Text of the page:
Former Whidbey resident captures facial reconstruction history in new book

Former Whidbey resident Ann Gerike recently completed her new work, “About Face: World War I Facial Injury and Reconstruction.”

The book, consisting of 21 poems and an introduction of the Western Front, features a historical take of facial reconstruction from World War I on.

Facial injuries were common in trench warfare and surgeons had to learn quickly how to operate with success. The book catalogs the conception of the art of facial reconstruction in poetry and prose.

Seven years ago Gerike began studying photographs of soldiers who had undergone facial reconstructive surgery.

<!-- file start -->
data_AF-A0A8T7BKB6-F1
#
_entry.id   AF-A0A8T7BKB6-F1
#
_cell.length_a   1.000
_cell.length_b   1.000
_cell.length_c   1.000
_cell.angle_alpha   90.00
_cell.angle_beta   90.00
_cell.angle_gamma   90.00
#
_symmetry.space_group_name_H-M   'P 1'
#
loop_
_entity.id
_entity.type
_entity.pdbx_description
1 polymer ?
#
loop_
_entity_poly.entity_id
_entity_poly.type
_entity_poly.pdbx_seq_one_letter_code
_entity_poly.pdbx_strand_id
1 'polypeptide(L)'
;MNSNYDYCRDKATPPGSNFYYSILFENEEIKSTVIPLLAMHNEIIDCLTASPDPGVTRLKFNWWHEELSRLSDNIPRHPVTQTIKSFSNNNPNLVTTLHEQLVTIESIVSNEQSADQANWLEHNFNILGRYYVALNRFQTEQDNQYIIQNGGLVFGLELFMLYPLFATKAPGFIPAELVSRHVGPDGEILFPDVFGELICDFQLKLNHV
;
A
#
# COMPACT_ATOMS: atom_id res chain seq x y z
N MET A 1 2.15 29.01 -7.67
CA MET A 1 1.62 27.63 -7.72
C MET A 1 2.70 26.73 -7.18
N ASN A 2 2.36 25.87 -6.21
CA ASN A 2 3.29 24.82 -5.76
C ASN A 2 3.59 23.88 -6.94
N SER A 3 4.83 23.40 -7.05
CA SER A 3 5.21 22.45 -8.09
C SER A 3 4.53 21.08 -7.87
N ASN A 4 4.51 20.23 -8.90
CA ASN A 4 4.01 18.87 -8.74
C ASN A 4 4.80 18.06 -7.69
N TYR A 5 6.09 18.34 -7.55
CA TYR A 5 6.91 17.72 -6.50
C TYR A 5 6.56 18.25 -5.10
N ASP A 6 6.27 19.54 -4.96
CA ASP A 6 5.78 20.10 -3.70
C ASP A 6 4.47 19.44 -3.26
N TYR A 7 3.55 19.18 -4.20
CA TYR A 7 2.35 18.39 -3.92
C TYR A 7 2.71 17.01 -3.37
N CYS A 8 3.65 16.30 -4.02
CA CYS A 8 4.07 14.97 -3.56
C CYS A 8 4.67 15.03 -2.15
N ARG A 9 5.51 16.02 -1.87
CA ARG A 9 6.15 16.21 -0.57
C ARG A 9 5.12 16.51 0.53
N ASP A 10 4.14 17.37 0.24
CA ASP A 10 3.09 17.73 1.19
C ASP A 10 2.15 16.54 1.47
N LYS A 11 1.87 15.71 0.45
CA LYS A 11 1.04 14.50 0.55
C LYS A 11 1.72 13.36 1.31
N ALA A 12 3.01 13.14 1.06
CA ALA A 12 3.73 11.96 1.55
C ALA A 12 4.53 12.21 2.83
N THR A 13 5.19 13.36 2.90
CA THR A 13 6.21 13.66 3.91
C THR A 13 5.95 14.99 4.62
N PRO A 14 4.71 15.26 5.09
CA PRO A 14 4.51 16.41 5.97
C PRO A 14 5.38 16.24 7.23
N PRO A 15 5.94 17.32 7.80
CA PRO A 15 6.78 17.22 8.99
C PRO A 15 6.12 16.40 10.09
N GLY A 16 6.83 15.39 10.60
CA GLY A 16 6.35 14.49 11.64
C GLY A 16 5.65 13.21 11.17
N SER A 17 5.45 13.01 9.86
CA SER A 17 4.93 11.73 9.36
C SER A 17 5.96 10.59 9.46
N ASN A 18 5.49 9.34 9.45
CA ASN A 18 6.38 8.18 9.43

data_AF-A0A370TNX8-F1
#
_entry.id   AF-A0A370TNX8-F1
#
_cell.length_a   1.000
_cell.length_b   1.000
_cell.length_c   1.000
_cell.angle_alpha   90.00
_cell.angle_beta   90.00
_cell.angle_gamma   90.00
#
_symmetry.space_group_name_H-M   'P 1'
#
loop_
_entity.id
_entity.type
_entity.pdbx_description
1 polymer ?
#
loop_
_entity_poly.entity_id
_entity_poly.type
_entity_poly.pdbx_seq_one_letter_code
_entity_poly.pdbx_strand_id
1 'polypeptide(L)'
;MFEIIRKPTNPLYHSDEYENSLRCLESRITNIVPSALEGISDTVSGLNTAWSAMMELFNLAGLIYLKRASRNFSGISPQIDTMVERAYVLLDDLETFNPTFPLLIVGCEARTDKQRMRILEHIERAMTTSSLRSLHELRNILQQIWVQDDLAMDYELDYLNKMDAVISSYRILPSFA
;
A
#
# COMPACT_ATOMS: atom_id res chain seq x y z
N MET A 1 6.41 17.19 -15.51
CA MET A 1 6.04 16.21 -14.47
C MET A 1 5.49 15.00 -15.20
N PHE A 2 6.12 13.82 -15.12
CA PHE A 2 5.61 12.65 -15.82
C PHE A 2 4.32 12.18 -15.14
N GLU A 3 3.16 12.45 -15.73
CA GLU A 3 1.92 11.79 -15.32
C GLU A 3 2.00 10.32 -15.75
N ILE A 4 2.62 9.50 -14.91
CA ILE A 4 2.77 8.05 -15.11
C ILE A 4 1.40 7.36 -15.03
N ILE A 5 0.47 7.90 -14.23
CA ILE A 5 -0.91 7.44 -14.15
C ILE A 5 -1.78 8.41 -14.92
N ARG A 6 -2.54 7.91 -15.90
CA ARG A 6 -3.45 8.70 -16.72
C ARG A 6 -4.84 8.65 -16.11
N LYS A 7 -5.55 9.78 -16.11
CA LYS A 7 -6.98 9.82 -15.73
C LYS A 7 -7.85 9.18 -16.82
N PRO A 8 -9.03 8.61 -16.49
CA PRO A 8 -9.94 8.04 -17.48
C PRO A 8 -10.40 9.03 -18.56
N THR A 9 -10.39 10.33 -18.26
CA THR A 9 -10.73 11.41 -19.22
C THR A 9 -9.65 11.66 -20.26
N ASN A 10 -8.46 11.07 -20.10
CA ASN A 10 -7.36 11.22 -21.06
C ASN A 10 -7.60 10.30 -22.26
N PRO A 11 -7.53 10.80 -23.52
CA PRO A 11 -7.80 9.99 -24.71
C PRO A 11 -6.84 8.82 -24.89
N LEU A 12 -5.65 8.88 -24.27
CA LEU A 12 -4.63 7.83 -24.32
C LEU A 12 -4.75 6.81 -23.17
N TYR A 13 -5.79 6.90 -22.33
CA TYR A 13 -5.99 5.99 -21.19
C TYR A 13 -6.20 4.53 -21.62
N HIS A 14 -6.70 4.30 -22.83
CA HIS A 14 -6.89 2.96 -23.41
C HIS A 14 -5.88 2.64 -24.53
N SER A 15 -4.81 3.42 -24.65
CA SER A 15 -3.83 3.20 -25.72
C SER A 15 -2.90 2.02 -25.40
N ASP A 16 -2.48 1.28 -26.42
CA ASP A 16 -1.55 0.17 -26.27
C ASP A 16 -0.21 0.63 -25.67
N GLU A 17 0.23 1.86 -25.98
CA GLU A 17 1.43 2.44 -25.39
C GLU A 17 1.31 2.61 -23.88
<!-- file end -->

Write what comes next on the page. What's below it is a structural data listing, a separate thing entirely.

Gerike first became interested in the subject because her mother underwent facial surgery in 1925. It was successful and when she learned that her mother’s surgeon was the head of facial reconstructive surgeries for American troops in 1917 and 1918, she realized operations during war time must also have been successful.

“I used to be a knee-jerk pacifist,” said Gerike in a press release. “War bad, peace good. It was the photographs and case notes that broadened my understanding and stimulated my compassion for the suffering of these men, and allowed me to create stories for them in the poems.”

Gerike now lives in Maryland, but wrote the majority of her book in her Coupeville home of nearly 10 years.

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